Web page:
This Old Thing: Chairs Beloved by Mid-Century Modern Designers


Q. I recently purchased this vintage table and chair set. The four chairs fit around a circular four-legged table made of the same wood. They are marked Medea (from Italy) underneath and were sold in Canada by Albert White and Company Ltd. I am curious about their value.

A. Your striking ensemble falls into the desirable umbrella of Mid-Century Modern – in furniture it includes teak and, as in your case, the even more desirable rosewood veneer. This particular high quality set is the ‘Medea’ line designed in 1955 by Vittorio Nobili from Italy, for Fatelli Tagliabue. It was a combination of accelerated industrial production and design experimentation, mainly in the mid-1940s of the 20th century, which resulted in hundreds of new and interesting styles of furniture. These “modern” sets are very popular, especially when the designer is identified. This bundle is worth $ 4,500, and don’t be surprised to see retailers in major cities charging twice as much.

Q. Twenty-five years ago my family and I spent a few hours in one of the many castles in Copenhagen. My youngest discovered this tiny mosaic of a dog, encrusted with earth by pricking into the grass with his fingers. It measures 3cm by 2.2cm (1 inch by 0.86 inch). The metal around the image appears to be brass or bronze. Any ideas of what this is?

A. Mosaics have been around since the days of British Columbia and are still made today – the mosaic walls of the Disney World castle. The Italians and Greeks made most of the world’s mosaics. Using rectangular pieces of glass or pottery, called tesserae, patterns or images of different sizes are created by securing them to a backing with adhesive. Thinner micro-mosaics have up to 1000 pieces per six square centimeters (one square inch). I think your little treasure was probably made around 1860. It might have already had a little collapsible case much like the first photo frames. This micro-mosaic is quite finely made. The finest examples were often framed in gold. At auction this might come as a surprise and start at $ 1,000 with the hammer ending in a space where “no bids have been made before”.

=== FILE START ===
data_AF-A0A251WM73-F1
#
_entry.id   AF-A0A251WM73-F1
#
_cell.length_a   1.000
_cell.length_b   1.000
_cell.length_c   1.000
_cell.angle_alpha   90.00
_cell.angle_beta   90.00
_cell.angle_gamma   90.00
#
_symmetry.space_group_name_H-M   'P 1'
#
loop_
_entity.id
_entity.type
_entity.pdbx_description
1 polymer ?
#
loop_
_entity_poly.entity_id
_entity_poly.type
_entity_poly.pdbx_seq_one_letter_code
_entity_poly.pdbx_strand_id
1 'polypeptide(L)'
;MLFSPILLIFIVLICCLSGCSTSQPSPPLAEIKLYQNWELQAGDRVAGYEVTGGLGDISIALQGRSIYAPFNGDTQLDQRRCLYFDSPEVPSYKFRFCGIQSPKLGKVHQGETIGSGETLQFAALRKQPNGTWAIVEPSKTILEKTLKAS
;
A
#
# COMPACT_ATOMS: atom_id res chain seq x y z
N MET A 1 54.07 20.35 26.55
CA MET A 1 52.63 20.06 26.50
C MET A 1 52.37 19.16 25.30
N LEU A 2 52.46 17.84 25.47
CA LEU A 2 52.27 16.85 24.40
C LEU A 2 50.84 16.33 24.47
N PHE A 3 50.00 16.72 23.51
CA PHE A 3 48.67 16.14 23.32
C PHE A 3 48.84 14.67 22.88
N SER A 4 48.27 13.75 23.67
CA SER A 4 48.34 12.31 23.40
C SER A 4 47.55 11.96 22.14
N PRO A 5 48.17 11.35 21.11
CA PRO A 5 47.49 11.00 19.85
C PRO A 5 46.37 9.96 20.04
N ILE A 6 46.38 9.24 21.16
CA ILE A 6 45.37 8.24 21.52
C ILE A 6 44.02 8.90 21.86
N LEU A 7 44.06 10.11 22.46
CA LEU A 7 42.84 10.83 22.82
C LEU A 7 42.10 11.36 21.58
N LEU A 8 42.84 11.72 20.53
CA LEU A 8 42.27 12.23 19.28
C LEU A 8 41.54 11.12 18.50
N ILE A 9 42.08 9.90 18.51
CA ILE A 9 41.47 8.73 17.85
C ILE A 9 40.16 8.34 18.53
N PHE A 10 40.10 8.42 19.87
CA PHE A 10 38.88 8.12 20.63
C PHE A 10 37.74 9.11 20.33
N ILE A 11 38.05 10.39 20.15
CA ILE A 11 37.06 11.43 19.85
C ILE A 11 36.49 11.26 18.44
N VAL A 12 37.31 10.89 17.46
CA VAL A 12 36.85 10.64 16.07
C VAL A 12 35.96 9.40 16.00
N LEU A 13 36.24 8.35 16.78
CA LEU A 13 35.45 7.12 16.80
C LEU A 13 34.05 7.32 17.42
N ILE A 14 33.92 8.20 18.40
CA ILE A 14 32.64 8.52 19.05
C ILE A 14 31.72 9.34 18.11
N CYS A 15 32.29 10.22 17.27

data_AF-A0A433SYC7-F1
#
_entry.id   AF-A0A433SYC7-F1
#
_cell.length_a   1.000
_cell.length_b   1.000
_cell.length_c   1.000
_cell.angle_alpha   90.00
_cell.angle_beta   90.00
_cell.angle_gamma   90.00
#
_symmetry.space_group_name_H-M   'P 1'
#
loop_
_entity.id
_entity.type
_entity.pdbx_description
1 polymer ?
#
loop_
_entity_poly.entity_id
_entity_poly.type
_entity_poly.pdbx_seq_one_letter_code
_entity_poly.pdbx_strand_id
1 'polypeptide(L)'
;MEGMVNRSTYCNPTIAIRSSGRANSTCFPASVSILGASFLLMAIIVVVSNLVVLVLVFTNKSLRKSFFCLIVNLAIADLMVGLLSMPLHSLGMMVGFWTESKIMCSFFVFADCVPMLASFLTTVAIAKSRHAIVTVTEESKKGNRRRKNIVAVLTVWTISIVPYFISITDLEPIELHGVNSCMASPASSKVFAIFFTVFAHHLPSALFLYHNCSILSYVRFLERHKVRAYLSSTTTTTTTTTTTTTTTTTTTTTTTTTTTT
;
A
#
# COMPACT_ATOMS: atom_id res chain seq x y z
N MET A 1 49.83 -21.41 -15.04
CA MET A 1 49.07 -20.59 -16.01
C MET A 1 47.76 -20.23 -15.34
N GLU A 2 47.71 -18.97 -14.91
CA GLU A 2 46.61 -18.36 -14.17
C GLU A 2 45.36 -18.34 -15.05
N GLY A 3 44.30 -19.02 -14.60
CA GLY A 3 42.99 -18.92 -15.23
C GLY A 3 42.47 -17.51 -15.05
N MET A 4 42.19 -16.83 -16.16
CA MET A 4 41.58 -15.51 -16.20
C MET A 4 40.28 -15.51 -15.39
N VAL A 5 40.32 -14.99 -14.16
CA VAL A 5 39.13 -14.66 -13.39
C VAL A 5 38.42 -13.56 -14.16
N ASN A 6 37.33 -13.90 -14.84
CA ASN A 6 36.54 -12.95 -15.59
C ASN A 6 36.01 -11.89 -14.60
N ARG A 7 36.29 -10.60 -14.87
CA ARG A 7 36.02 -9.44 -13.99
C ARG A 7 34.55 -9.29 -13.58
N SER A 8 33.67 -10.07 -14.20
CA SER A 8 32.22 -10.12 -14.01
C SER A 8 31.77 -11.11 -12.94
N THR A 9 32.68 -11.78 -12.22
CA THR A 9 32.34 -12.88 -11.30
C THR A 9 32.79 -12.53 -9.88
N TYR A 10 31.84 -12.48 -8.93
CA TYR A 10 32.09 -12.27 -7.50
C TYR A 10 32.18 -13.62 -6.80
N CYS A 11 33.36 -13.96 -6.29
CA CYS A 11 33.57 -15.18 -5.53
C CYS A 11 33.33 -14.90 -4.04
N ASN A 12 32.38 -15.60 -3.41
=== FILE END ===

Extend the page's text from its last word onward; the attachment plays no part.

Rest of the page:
Q. I wondered what could be the history of this family object and its age. It appears to be a monk with a monkey on his back. It is a pouring pitcher and measures 13 cm (5 ½ inches) high. The caseback is marked with the number ‘6822’ and a very pale crown with a star below. I would love to hear your thoughts on this piece.

A. I think any proper use will work, like milk, syrup, or a sweet sauce. The crown above a nine-pointed star containing the letter R is the hallmark of the Schafer & Vater porcelain factory of Rudolstadt, Germany. This business operated from 1890 to 1962, manufacturing all kinds of decorative porcelain, figurines and dolls. The four digit number at the bottom is simply a code for the mold. This piece was made in the 1920s as part of a bizarre figurative tableware line the company was known for. Schafer & Vater has been avidly collected in the past but much less today. It is worth $ 65 today.

John Sewell is an antiques and fine art appraiser. To submit an article to his column, go to the ‘Contact John’ page at Please measure your part, say when and how you got it, what you paid for and list any identifying marks. A high resolution jpeg photo should also be included. (Only email submissions are accepted.) * Evaluation values ​​are estimates only. *

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